Animal-Processed Ingredients in Gilthead Seabream Feeds

Lucy Towers
07 October 2013, at 1:00am

To balance the conflicting demands to reduce reliance on marine-ingredients while maintaining growth performance and high product quality standards, fish nutritionists have begun investigating the use of cost-effective alternative ingredients. During Aquaculture Europe 2013, Ana Ramalho-Ribeiro et al, SORGAL, Portugal, looked at the use of animal-processed ingredients in gilthead seabream feeds.

Gilthead seabream (Sparus aurata) is the most important finfish species cultured in the Mediterranean region. Vegetable protein and oil sources are valid ingredients in seabream feeds. But recently, the use of processed animal by-products has been object of renewed interest. By June 2013, the European Commission will adopt a new regulation allowing nonruminant processed animal proteins (PAPs) exclusively for use for fish feeding and feed companies will be able to use a much wider variety of products from pork and poultry for fish feed, as long as they meet the category 3 criteria (safe for human consumption.)

In this general context, a performance trial was undertaken to evaluate the effects of replacing high levels of fishmeal and fish oil in a practical diet for grow-out gilthead seabream with a mixture of non-ruminant processed animal proteins (PAPs) and poultry fat, in terms of growth, feed utilization and apparent digestibility of nutrients.

Material and methods

Two isoproteic (crude protein, 44% DM), isolipidic (17% DM) and isoenergetic (23 kJ/g DM) experimental diets were formulated to fulfill the nutritional requirements of gilthead seabream. In the control diet (CTRL), a commercial seabream formulation, the total marine-derived ingredients accounting as protein sources represented 30% of the formula, while fish oil was used as the main fat source. The other experimental diet (PAP BREAM) was formulated in order to replace 60% of marine-derived proteins by alternative non-ruminant processed animal protein sources (hemoglobin powder and hydrolyzed feather meal) and 60% of fish oil by poultry fat. All other ingredients were kept relatively constant. Both feeds were manufactured under industrial extrusion conditions.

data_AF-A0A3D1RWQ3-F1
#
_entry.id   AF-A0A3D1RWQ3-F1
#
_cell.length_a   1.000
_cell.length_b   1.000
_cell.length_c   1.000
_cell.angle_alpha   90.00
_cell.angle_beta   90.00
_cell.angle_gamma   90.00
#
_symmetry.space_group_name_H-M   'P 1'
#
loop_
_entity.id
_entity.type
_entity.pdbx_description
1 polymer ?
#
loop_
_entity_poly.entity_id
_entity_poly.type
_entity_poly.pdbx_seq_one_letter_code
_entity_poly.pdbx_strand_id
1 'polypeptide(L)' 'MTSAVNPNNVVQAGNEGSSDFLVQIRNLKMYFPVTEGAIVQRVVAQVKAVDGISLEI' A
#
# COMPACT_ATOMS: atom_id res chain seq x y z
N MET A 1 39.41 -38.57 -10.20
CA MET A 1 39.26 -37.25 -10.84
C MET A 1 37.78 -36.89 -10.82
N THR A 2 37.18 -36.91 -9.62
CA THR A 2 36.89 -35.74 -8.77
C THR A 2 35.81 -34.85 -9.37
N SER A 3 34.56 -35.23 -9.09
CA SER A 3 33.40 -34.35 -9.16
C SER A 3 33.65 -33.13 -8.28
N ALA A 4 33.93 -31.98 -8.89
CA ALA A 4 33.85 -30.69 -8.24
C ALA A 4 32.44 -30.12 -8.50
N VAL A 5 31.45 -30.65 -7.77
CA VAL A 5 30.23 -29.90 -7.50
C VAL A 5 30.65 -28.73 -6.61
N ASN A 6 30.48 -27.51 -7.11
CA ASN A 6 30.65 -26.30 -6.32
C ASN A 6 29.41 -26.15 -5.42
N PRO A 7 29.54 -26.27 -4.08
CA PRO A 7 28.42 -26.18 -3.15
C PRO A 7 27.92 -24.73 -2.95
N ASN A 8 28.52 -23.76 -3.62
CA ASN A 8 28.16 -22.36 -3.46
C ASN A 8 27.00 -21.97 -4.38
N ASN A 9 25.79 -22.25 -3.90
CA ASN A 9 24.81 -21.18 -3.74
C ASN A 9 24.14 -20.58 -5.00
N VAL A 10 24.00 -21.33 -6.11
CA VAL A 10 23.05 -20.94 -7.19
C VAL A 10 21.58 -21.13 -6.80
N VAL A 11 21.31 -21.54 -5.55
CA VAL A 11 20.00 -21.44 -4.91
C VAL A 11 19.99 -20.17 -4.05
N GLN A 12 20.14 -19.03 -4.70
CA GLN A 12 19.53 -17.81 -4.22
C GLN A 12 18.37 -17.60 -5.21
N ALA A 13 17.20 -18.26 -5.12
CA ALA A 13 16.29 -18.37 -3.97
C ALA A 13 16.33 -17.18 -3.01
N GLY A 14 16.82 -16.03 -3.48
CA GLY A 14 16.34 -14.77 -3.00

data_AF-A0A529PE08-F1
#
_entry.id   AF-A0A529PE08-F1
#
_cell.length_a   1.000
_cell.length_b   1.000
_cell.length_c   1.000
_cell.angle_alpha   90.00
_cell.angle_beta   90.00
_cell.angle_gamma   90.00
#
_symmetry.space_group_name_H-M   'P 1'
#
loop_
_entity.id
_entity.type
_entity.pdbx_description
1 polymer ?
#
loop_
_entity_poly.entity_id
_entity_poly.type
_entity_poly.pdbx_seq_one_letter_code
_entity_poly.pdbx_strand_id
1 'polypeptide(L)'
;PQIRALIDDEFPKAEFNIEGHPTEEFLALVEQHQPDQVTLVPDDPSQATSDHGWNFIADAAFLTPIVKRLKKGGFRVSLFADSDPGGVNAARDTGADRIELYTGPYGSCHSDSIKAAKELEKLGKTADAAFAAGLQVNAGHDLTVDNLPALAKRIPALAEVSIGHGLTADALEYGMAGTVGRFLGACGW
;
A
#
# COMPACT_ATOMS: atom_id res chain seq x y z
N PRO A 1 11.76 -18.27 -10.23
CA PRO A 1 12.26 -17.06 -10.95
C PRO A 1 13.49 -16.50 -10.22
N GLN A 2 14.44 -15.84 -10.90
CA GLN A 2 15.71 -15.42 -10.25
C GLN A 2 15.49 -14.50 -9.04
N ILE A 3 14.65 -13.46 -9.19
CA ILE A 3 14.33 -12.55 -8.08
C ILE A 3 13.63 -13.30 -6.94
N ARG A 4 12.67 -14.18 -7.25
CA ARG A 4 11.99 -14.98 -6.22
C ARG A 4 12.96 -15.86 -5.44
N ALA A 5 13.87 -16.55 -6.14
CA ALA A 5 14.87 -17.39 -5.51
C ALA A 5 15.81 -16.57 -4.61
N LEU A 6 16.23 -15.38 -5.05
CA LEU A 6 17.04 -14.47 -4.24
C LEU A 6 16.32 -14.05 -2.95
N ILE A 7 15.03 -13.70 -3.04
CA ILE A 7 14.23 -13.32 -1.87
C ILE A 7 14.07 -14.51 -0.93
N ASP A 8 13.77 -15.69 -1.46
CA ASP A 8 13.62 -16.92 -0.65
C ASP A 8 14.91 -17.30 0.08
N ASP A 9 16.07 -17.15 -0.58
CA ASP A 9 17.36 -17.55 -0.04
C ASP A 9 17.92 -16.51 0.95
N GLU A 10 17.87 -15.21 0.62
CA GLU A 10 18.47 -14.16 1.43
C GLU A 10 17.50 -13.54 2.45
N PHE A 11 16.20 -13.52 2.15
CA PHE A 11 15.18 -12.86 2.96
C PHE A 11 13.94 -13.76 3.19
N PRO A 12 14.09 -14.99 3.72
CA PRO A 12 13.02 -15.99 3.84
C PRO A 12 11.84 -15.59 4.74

Six homogenous groups of 35 seabream each, with a mean initial body weight of 101.7 ± 17.5 g were stocked in circular plastic tanks (volume: 1000 L; water-flow rate: 5.5 L·min-1), supplied with flow-through seawater (temperature: 25 ± 4°C; salinity: 33-34 g·L-1, dissolved oxygen above 5 mg·L-1). Each dietary treatment was tested in triplicate tanks over 84 days.

Fish were fed to apparent satiety, by hand, three times a day. Feed intake was recorded and utmost care was taken to avoid feed losses. Fish were individually weighed at the beginning, bulk weighed every three weeks and at the end of the trial, following one day of feed deprivation. Fish from the initial stock and from each tank at the end of the trial, were sampled, and stored at -20ºC until subsequent analysis of whole-body composition and somatic indexes. Separately, but with fish of a similar size range (mean body weight: 60 g), the apparent digestibility coefficients (ADC) of the dietary components, was determined by the indirect method using 1% chromic oxide as inert tracer. Faecal samples were collected in a solids settling decantation system over 2 weeks and frozen at -20°C. Pooled faeces from each group of fish were freeze-dried prior to analysis.

Results and Discussion

After 84 days of experimental feeding ad in comparison to a commercial seabream feed (CTRL), overall performance of seabream, expressed as daily growth index (DGI), feed efficiency (FE) and feed intake (FI) has not been significantly affected (P>0.05) by the simultaneous replacement of 60% fishmeal by a mixture of non-ruminant processed animal proteins (PAPs) and 60% fish oil by poultry fat. Fish reached a final body weight of 250 g and DGI for the CTRL treatment was 1.95 ± 0.09.

Feed efficiency ranged from 0.69 in the CTRL diet and 0.64 in the PAP BREAM diet. Whole-body composition of fish was not affected by dietary treatments. No statistical differences were found in the apparent digestibility coefficients (ADC) of dry matter, organic matter, protein, fat and energy. Protein and phosphorus retention (% of intake) was little affected by dietary treatments, while retention of lipids and energy was significantly reduced in fish fed the PAP BREAM diet.

As it could be expected, fillets of seabream fed with the PAP BREAM diet showed a significant reduction of the n-3/n-6 fatty acids ratio. The EPA and DHA represented 22.6 % of total fatty acids in fillets of fish fed the CTRL diet, while 14.3% in those fed the PAP BREAM diet. Sensorial testing by trained panellist found no differences (P>0.05) on criteria such as typical odour, typical white colour, texture and typical taste.


The overall growth performance of gilthead seabream during the fattening phase can be sustained by a practical dietary formulation containing non-ruminant processed animal proteins (PAPs) and poultry fat. Despite without detrimental effects on the main sensorial properties, data clearly show that fish fed poultry fat require an effective finishing strategy to restore n-3 HUFA levels in the fillets and hence guarantee a high nutritional value of gilthead seabream.

October 2013